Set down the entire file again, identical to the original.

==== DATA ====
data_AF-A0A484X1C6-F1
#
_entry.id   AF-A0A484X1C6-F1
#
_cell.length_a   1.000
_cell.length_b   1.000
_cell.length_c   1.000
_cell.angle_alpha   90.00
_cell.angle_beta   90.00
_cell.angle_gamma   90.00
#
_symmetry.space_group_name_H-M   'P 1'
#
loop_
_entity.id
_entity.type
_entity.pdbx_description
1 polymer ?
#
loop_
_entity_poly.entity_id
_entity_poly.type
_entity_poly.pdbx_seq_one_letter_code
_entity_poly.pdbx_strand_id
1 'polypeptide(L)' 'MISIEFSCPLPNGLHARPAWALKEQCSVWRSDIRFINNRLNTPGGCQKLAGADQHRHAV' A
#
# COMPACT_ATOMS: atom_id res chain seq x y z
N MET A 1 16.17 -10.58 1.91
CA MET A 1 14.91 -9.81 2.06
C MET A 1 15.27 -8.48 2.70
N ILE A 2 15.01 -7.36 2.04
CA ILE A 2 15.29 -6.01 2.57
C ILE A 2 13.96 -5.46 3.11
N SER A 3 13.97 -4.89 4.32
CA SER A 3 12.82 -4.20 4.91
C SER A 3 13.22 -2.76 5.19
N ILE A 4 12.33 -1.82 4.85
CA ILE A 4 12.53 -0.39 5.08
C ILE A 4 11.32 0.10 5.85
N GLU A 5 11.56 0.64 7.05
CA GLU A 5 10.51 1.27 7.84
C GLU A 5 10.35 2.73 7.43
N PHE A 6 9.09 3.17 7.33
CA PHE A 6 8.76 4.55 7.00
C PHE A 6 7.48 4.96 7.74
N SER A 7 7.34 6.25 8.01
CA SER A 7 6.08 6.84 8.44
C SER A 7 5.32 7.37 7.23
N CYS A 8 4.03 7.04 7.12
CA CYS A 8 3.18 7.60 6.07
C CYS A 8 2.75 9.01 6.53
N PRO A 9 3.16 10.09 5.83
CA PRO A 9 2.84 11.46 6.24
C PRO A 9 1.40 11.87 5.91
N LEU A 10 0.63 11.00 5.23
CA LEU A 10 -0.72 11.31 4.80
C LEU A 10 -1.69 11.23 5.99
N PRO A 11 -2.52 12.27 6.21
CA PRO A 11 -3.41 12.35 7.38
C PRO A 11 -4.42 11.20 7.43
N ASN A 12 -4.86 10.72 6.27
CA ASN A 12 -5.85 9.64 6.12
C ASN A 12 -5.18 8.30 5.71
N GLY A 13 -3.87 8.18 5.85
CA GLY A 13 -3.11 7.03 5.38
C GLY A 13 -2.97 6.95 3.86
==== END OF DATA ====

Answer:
data_AF-A0A484X1C6-F1
#
_entry.id   AF-A0A484X1C6-F1
#
_cell.length_a   1.000
_cell.length_b   1.000
_cell.length_c   1.000
_cell.angle_alpha   90.00
_cell.angle_beta   90.00
_cell.angle_gamma   90.00
#
_symmetry.space_group_name_H-M   'P 1'
#
loop_
_entity.id
_entity.type
_entity.pdbx_description
1 polymer ?
#
loop_
_entity_poly.entity_id
_entity_poly.type
_entity_poly.pdbx_seq_one_letter_code
_entity_poly.pdbx_strand_id
1 'polypeptide(L)' 'MISIEFSCPLPNGLHARPAWALKEQCSVWRSDIRFINNRLNTPGGCQKLAGADQHRHAV' A
#
# COMPACT_ATOMS: atom_id res chain seq x y z
N MET A 1 16.17 -10.58 1.91
CA MET A 1 14.91 -9.81 2.06
C MET A 1 15.27 -8.48 2.70
N ILE A 2 15.01 -7.36 2.04
CA ILE A 2 15.29 -6.01 2.57
C ILE A 2 13.96 -5.46 3.11
N SER A 3 13.97 -4.89 4.32
CA SER A 3 12.82 -4.20 4.91
C SER A 3 13.22 -2.76 5.19
N ILE A 4 12.33 -1.82 4.85
CA ILE A 4 12.53 -0.39 5.08
C ILE A 4 11.32 0.10 5.85
N GLU A 5 11.56 0.64 7.05
CA GLU A 5 10.51 1.27 7.84
C GLU A 5 10.35 2.73 7.43
N PHE A 6 9.09 3.17 7.33
CA PHE A 6 8.76 4.55 7.00
C PHE A 6 7.48 4.96 7.74
N SER A 7 7.34 6.25 8.01
CA SER A 7 6.08 6.84 8.44
C SER A 7 5.32 7.37 7.23
N CYS A 8 4.03 7.04 7.12
CA CYS A 8 3.18 7.60 6.07
C CYS A 8 2.75 9.01 6.53
N PRO A 9 3.16 10.09 5.83
CA PRO A 9 2.84 11.46 6.24
C PRO A 9 1.40 11.87 5.91
N LEU A 10 0.63 11.00 5.23
CA LEU A 10 -0.72 11.31 4.80
C LEU A 10 -1.69 11.23 5.99
N PRO A 11 -2.52 12.27 6.21
CA PRO A 11 -3.41 12.35 7.38
C PRO A 11 -4.42 11.20 7.43
N ASN A 12 -4.86 10.72 6.27
CA ASN A 12 -5.85 9.64 6.12
C ASN A 12 -5.18 8.30 5.71
N GLY A 13 -3.87 8.18 5.85
CA GLY A 13 -3.11 7.03 5.38
C GLY A 13 -2.97 6.95 3.86